The setback is nothing new for shareholders. For years, specialists like LaBranche have taken heat from Wall Street. The demand for their services -- matching buyers and sellers on an exchange and smoothing out fluctuations in stock prices -- is declining as electronic trading takes hold.
LaBranche's stock price has fallen as its services become less relevant, and shares now fetch just a third of their 2002 price.
"If you were a LaBranche bear, you would say that their operations are so tied to the floor of the NYSE, that they go away with the floor," says Jamie Selway, a former Archipelago official who now is managing director at White Cap Trading in New York.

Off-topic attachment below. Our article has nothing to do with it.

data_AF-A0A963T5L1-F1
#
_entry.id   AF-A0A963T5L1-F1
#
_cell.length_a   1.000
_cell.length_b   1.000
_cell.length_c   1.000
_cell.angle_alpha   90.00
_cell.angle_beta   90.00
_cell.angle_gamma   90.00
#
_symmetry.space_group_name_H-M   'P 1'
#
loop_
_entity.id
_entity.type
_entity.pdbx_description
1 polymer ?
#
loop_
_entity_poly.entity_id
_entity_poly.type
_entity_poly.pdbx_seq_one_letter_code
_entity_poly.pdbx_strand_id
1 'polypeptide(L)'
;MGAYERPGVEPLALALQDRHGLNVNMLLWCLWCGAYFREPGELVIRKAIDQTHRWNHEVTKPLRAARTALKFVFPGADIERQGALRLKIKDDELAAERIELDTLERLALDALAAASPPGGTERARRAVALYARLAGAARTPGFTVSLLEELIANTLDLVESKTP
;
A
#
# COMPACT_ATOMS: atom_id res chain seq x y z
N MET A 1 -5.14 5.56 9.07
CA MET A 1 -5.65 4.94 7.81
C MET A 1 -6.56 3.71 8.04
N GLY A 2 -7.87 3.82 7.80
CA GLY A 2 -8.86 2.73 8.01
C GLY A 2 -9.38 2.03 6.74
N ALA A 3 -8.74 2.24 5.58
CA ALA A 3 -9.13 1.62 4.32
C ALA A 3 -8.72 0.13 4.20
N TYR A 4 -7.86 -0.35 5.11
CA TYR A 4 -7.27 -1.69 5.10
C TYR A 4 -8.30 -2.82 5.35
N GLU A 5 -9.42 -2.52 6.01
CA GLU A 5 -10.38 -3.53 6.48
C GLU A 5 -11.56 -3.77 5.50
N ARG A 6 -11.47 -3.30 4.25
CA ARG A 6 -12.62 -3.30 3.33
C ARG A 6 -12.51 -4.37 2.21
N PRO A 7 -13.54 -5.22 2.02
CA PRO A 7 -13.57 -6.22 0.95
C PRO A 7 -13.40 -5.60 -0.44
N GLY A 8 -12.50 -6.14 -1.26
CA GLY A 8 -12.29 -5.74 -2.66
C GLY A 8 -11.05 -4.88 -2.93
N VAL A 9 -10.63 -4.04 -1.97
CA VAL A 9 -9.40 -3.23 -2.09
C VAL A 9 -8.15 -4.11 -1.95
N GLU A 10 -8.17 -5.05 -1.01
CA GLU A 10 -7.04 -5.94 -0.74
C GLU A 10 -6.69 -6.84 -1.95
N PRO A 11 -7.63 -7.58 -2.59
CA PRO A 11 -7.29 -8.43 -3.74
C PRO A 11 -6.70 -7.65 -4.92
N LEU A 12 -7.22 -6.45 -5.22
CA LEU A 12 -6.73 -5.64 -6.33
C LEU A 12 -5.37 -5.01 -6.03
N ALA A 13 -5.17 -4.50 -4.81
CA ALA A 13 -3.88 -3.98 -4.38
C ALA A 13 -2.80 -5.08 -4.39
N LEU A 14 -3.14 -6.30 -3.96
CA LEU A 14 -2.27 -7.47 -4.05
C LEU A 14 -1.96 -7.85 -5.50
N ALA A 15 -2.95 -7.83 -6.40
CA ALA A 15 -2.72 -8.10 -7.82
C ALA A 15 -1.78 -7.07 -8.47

"Bulls say that LaBranche will get a productivity boost as the NYSE rolls out the hybrid platform," Selway adds, referring to the electronic trading that Archipelago specialized in. "Still, I don't see how hybrid holds back the tide."Holding NYSE shares was certainly good to LaBranche and some of its rivals back in the first quarter, when the firm booked some $100 million in profit on the appreciation of its NYSE stake. But while NYSE shares remain above their secondary offering price, their second-quarter drop saddled LaBranche with the big writedown. The writedown is far from LaBranche's only problem, of course. In the earnings warning, the firm said second-quarter principal trading revenue totaled about $20 million, down $47 million from the second quarter of 2005. "I would say I'm as concerned about the specialist future as anyone," says Rich Repetto, equity analyst at Sandler O'Neill. "The results are just as volatile as they were in the past. The NYSE could even prosper while LaBranche doesn't. There are so many moving parts in their business, so it's pretty difficult to say."